Bringing food for personal use

All food items brought into New Zealand need to be declared on your passenger arrival card. Biosecurity officers may need to inspect some of the food you're bringing with you.

Food restrictions help protect New Zealand

MPI prohibits or restricts the entry of some food products because they could bring in pests and diseases that:

  • seriously damage our natural resources
  • lower agricultural and horticultural production
  • affect our ability to trade with other countries
  • threaten our economy.

When arriving in New Zealand, you must declare on your passenger arrival card any food you're bringing in. You may also need to show it to biosecurity quarantine inspectors.

No fresh fruit, vegetables, meat or fish

Generally, these foods cannot be brought into New Zealand by travellers:

  • fresh fruit and vegetables
  • fresh meat or fish
  • honey and bee products.

If you have any of these items with you, declare them or dispose them on your arrival in the marked bins at the airport or seaport. If you don't declare food items, you will be fined.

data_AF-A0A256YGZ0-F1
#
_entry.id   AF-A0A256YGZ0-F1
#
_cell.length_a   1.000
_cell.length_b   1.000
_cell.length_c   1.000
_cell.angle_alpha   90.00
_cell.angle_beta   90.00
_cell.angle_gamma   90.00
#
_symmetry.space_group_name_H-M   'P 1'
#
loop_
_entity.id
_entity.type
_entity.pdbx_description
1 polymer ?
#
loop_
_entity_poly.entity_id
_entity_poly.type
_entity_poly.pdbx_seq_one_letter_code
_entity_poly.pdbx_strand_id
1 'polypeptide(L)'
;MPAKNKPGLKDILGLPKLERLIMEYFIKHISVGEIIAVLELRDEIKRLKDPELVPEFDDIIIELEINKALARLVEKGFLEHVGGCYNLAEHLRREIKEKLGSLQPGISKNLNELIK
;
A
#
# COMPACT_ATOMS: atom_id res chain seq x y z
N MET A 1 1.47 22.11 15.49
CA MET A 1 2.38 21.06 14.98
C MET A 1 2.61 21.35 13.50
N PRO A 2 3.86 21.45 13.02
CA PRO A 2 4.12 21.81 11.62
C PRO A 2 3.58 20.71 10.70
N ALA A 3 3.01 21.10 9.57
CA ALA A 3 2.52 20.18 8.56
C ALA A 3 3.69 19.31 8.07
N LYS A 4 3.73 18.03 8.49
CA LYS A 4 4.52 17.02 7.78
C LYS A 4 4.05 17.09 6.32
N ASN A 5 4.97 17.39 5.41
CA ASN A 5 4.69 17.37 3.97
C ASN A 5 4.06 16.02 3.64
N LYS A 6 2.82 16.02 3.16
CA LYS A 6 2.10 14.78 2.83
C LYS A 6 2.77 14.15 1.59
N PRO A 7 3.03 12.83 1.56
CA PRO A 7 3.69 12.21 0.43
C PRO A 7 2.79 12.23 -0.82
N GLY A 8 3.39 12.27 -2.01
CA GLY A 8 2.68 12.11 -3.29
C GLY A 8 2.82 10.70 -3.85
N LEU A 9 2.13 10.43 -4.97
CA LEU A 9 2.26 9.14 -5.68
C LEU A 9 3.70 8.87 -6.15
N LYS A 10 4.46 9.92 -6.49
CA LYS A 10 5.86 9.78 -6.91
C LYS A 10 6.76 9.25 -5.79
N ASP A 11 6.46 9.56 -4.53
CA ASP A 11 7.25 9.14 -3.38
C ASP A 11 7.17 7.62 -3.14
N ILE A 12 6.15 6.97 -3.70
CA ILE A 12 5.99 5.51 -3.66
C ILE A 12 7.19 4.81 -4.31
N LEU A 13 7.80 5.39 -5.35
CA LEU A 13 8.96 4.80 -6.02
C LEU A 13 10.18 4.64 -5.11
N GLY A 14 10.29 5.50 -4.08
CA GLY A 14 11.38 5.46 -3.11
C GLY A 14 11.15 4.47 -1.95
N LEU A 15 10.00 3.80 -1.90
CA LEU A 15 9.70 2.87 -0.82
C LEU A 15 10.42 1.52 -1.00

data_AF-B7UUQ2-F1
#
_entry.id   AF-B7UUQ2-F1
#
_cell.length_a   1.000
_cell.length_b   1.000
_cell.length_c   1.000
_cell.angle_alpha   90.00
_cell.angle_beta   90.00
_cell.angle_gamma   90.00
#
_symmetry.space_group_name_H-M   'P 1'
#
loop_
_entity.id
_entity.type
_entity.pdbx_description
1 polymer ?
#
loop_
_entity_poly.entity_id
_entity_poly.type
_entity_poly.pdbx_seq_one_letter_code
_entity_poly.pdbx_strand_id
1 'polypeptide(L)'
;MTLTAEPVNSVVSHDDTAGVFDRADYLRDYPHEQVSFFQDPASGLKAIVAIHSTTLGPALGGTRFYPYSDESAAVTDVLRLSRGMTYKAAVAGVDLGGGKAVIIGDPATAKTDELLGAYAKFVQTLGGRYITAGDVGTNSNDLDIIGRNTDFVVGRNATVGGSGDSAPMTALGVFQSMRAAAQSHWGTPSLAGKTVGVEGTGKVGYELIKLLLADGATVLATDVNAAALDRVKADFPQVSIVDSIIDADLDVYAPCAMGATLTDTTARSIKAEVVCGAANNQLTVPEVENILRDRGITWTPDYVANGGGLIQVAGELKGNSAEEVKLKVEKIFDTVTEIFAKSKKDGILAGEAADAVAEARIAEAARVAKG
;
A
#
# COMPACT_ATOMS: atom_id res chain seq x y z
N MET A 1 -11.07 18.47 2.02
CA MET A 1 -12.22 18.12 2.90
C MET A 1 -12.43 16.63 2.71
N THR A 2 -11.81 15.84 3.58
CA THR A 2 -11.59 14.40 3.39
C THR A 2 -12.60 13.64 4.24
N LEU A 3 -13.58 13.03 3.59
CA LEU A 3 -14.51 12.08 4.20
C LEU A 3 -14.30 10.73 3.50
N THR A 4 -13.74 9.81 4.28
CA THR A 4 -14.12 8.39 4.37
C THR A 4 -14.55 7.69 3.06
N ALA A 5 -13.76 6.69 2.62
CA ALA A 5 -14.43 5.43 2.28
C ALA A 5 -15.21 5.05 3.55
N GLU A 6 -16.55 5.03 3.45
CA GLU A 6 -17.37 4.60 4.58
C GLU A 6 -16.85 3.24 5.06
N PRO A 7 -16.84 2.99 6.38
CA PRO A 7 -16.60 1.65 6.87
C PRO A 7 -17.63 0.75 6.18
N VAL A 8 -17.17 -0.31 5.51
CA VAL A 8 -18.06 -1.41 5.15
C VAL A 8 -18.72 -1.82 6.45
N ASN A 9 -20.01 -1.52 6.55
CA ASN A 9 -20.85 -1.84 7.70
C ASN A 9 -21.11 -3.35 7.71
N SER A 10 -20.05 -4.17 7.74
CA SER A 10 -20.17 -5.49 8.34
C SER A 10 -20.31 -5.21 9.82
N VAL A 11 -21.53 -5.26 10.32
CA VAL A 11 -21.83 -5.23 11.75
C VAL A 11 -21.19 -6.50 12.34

Food items you can bring in

Many foods are fine to bring into New Zealand but all food must be declared – even if you think it is allowed. If you don't declare food you're bringing into New Zealand, you will be fined.

Generally, MPI officials at the border will allow in most food that meets these 3 criteria:

  • Commercially prepared and packaged.
  • Shelf-stable.
  • Unopened.

Shelf-stable means that the food will still be edible for at least 4 months without refrigeration.

Weight and volume restrictions for personal food

Limits on amount of food you can bring into New Zealand for personal use:

  • Liquid food (for example sealed fruit juice boxes, tinned soup) – up to 10 litres.
  • Concentrated liquid food (for example concentrated juice boxes) – up to 2 litres.
  • Solid food – up to 10 kilograms.
  • Moisture reduced foods (for example freeze dried tramping meals) – up to 2 kilograms.
  • Spices – up to 1 kilogram.

Find out more

Who to contact

If you have questions about bringing food to New Zealand, email

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